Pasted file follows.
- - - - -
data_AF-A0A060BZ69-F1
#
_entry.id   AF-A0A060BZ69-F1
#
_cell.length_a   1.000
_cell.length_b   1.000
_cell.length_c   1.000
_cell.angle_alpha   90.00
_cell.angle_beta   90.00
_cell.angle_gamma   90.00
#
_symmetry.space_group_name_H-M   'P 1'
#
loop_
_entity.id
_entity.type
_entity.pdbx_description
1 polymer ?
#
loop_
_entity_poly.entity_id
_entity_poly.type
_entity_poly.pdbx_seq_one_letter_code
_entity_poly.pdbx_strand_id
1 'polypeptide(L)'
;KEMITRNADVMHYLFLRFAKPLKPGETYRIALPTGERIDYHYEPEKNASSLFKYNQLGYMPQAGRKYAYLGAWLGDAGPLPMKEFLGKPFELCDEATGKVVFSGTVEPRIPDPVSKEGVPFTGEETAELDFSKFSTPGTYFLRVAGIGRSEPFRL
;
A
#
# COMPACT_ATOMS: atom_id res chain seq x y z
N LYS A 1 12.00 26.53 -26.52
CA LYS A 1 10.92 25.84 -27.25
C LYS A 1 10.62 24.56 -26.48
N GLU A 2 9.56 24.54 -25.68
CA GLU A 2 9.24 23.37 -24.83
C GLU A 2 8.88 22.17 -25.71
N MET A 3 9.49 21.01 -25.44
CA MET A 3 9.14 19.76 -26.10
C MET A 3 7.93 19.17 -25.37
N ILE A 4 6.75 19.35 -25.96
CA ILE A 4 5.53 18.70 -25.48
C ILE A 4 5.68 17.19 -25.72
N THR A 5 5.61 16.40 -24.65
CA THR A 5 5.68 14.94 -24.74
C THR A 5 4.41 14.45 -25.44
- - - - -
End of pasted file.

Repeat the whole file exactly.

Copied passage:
data_AF-A0A060BZ69-F1
#
_entry.id   AF-A0A060BZ69-F1
#
_cell.length_a   1.000
_cell.length_b   1.000
_cell.length_c   1.000
_cell.angle_alpha   90.00
_cell.angle_beta   90.00
_cell.angle_gamma   90.00
#
_symmetry.space_group_name_H-M   'P 1'
#
loop_
_entity.id
_entity.type
_entity.pdbx_description
1 polymer ?
#
loop_
_entity_poly.entity_id
_entity_poly.type
_entity_poly.pdbx_seq_one_letter_code
_entity_poly.pdbx_strand_id
1 'polypeptide(L)'
;KEMITRNADVMHYLFLRFAKPLKPGETYRIALPTGERIDYHYEPEKNASSLFKYNQLGYMPQAGRKYAYLGAWLGDAGPLPMKEFLGKPFELCDEATGKVVFSGTVEPRIPDPVSKEGVPFTGEETAELDFSKFSTPGTYFLRVAGIGRSEPFRL
;
A
#
# COMPACT_ATOMS: atom_id res chain seq x y z
N LYS A 1 12.00 26.53 -26.52
CA LYS A 1 10.92 25.84 -27.25
C LYS A 1 10.62 24.56 -26.48
N GLU A 2 9.56 24.54 -25.68
CA GLU A 2 9.24 23.37 -24.83
C GLU A 2 8.88 22.17 -25.71
N MET A 3 9.49 21.01 -25.44
CA MET A 3 9.14 19.76 -26.10
C MET A 3 7.93 19.17 -25.37
N ILE A 4 6.75 19.35 -25.96
CA ILE A 4 5.53 18.70 -25.48
C ILE A 4 5.68 17.19 -25.72
N THR A 5 5.61 16.40 -24.65
CA THR A 5 5.68 14.94 -24.74
C THR A 5 4.41 14.45 -25.44